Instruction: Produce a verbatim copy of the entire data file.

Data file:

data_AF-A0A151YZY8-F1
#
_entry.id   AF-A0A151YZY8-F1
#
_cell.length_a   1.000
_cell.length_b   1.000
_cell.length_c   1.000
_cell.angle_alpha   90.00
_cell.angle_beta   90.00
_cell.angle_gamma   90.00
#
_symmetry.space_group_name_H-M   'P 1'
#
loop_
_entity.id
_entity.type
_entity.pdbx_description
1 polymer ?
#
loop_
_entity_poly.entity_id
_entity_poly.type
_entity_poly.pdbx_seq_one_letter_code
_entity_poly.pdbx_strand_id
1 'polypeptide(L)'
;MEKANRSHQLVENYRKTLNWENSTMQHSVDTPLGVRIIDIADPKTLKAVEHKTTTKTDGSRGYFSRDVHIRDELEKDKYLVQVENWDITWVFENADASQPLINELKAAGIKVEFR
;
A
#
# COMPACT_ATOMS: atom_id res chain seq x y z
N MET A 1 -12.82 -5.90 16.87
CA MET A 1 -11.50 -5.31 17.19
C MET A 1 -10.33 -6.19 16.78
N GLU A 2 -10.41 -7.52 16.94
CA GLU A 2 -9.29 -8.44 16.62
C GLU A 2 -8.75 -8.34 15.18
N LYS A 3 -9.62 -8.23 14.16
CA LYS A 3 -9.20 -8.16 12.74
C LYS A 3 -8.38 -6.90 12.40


data_AF-A0A151YZY8-F1
#
_entry.id   AF-A0A151YZY8-F1
#
_cell.length_a   1.000
_cell.length_b   1.000
_cell.length_c   1.000
_cell.angle_alpha   90.00
_cell.angle_beta   90.00
_cell.angle_gamma   90.00
#
_symmetry.space_group_name_H-M   'P 1'
#
loop_
_entity.id
_entity.type
_entity.pdbx_description
1 polymer ?
#
loop_
_entity_poly.entity_id
_entity_poly.type
_entity_poly.pdbx_seq_one_letter_code
_entity_poly.pdbx_strand_id
1 'polypeptide(L)'
;MEKANRSHQLVENYRKTLNWENSTMQHSVDTPLGVRIIDIADPKTLKAVEHKTTTKTDGSRGYFSRDVHIRDELEKDKYLVQVENWDITWVFENADASQPLINELKAAGIKVEFR
;
A
#
# COMPACT_ATOMS: atom_id res chain seq x y z
N MET A 1 -12.82 -5.90 16.87
CA MET A 1 -11.50 -5.31 17.19
C MET A 1 -10.33 -6.19 16.78
N GLU A 2 -10.41 -7.52 16.94
CA GLU A 2 -9.29 -8.44 16.62
C GLU A 2 -8.75 -8.34 15.18
N LYS A 3 -9.62 -8.23 14.16
CA LYS A 3 -9.20 -8.16 12.74
C LYS A 3 -8.38 -6.90 12.40